The disharmony of civil wars

 
 

Golden Globe nominee and Grammy award winner Joy Williams speaks to Jack Walsh about the Civil Wars, her relationship with John Paul White and the Hunger Games

Internal band disputes over a band name are a common occurrence in the music industry, however, in the case of the Nashville-based duo The Civil Wars, there is an inextricable sense of irony attached to the whole fallout.

With the band name loosely representing Joy Williams and John Paul White’s tribute to the civil war monuments in their hometown of Nashville, the onset of the duo’s in-house dispute due to “irreconcilable differences of ambition” will have to go down in history as simply a massive coincidence; even though it does seem like a self-fulfilling prophecy.

Williams and White’s tentative relationship has added a definite shroud of confusion around the release of their new album Barton Hollow. Their first album saw them garner three Grammy awards and, despite her relationship with White being on tenterhooks, singer-songwriter Williams believes their latest offering, The Civil Wars, doesn’t reflect the disharmony between the duo.

“John Paul and I wrote this album not in bits and pieces. We sat down, and we would finish a song. The singing and the harmonising came really fluidly and I think the emotional overtones that were in the first album are fleshed out even further in the second.

“I think the bonds between John Paul and I had shifted somehow, very suddenly. To a degree where I don’t think it harmed the music in any way, but the music became our best language to still speak to one another.”

Memorable for bringing a jazzy vibe to the traditionally rigid folk scene, Williams assures that the latest album follows the same tone and that the tracks definitely reflect a level of continuity between albums. “While keeping within the DNA of the band, the heart of the music that we made, I do feel that it is so visceral and raw, a really emotional project.

“You can hear it lyrically, we wrote all of these songs while we were on the road. I think the road seeped into many of these songs in a way that created many vulnerable and very colourful lyrics. It does feel like a very gutsy, rootsy, heartfelt album.”

Known as somewhat of a perfectionist, Williams was well aware of the critical and commercial expectations that The Civil Wars as an album faced. The album peaked at number one on the Billboard chart and it was well worth the many uncertainties during production. “I’m a very ambitious person, so if something goes well then my natural instinct is to bring what I do next to an even better place.

“So I would lay awake thinking how could we do this musically or that production-wise and I’m happy to say that the album has a progression sonically that I’m really proud of.”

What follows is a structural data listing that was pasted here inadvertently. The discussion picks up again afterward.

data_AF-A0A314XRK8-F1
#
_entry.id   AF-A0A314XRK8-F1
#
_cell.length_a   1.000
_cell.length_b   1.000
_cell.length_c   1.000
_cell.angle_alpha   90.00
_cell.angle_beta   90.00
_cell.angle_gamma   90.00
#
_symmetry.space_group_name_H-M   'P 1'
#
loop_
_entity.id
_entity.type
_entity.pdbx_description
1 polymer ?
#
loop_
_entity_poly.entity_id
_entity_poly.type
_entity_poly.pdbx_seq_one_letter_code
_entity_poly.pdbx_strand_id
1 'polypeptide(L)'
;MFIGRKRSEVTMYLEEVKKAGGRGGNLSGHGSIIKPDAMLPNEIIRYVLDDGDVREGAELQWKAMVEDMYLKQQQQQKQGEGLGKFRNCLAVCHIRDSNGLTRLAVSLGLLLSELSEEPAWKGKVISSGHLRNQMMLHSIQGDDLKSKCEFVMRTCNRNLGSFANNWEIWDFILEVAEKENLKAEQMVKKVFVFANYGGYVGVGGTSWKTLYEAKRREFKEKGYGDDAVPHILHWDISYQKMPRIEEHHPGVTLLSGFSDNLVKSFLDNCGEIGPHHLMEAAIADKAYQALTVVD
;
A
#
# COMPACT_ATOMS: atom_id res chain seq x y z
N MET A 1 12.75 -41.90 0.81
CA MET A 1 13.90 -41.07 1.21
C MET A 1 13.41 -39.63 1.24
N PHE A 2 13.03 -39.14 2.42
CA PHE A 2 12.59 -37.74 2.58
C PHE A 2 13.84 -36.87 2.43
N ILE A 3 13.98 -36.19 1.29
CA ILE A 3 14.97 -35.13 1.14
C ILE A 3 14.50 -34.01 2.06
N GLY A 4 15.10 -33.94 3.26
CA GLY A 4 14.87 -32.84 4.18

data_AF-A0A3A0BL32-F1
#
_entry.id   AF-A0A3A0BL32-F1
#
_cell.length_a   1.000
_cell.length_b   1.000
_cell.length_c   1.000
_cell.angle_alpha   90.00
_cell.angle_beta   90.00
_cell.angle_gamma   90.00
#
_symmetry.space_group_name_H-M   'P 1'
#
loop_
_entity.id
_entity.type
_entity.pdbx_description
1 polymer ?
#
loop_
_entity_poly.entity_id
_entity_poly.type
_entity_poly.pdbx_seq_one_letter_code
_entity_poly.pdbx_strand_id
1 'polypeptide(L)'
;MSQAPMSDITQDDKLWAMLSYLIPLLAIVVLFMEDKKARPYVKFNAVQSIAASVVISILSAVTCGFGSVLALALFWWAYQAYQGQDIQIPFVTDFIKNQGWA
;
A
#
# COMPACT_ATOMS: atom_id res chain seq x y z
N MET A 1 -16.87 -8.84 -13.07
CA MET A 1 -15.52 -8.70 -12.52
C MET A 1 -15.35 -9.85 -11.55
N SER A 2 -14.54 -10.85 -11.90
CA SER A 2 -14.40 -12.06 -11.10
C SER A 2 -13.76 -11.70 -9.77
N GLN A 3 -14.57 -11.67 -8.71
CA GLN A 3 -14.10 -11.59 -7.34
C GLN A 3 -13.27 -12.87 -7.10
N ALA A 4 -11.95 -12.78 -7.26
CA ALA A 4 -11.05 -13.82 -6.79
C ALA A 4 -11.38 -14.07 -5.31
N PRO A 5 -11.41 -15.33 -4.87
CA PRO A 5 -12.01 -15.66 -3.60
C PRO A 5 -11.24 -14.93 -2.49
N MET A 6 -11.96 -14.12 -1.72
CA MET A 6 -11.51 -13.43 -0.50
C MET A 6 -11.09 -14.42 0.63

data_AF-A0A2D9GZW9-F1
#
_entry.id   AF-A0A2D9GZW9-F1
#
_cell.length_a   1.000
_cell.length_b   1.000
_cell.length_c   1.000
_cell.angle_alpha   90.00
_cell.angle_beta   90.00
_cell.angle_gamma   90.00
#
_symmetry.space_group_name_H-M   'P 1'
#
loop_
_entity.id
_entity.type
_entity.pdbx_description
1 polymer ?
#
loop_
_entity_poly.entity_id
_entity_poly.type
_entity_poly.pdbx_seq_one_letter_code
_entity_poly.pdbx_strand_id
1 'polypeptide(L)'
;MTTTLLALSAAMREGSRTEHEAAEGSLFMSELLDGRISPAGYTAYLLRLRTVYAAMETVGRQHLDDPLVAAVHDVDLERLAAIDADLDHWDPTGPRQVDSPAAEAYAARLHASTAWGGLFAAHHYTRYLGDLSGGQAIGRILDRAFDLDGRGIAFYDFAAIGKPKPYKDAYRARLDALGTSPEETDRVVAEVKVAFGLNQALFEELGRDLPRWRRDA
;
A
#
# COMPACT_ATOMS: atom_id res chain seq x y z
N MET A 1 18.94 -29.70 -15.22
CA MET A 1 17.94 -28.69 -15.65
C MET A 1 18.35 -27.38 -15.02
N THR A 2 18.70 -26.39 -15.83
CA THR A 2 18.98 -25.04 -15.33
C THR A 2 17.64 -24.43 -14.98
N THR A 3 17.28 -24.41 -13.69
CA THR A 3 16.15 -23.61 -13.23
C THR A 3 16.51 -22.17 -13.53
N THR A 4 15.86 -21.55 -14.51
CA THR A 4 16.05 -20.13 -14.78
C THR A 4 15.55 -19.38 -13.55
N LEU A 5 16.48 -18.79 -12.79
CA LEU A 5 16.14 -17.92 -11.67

Speaking in relation to the critical and commercial acclaim and how it can be inherently damaging to the artistic process, Williams eloquently affirmed that it is very important for an artist to keep their feet on the ground. “All that I know I have been learning is to believe, that regardless of if it’s fame or not, is that if you believe what other people believe about you, then you cease to be focused on what you know of yourself to be true.”

Having entered the touring scene at 17 years of age, Williams’ world view has changed substantially throughout her years as an artist. “Learning how to navigate a nomadic life on my own; I think of my world view shifting as it often does and learning to trust your instincts. Doing what you feel instead of what you think you should. Accepting the beauty of living in the grey of things rather than the black and white.”

The harmonic relationship between Williams and White is a crucial aspect of the band’s identity. Williams attributes their focus on harmonies to the early years of her life and the music that she listened to at a young age. “A lot of the music I listened to had a lot of harmonies. My mom loved the Carpenters and my dad loved the Beach Boys.

“I became so intrigued by how notes can just bend and weave together. There’s an earnestness and an ache to country, and jazz is steeped in history in a way that pop music only winks an eye at.”

The band’s work with Taylor Swift on the Hunger Games soundtrack is an example of how the American folk scene does have a sense of family. Artists within the genre are always happy to collaborate with one another, and this link up with Swift saw Williams and White enjoy great success.

Garnering a Golden Globe nomination for Best Original Song for their work on ‘Safe & Sound’, Williams recalls working with Swift and T-Bone Burnett, “The process of writing was really fun. We wrote in T-Bone’s home studio and recorded the song in an afternoon. It was really easy to write together and everyone was throwing out ideas and vibbing off of people. The vocals that you hear are the first takes that we did after penning the lyrics.”

Unfortunately, the Civil Wars are now deemed “on hiatus.” Williams and White hold a well-kept estrangement, and asked about the prospect of a reunion Williams affirmed her “belief in the power of forgiveness and reconciliation. Moving forwards is the way that I know. It also takes two people to mend bridges, so I do believe that that’s possible, if both people choose that.

“Moving forward, this experience, whether or not this is the end or this is the continuation of, it has changed me greatly. It has broken me in some ways and it’s also mended me in some ways. I think it’s a Japanese proverb that says; fall down seven times, get up eight.” To which Otwo says, stop falling over.

 

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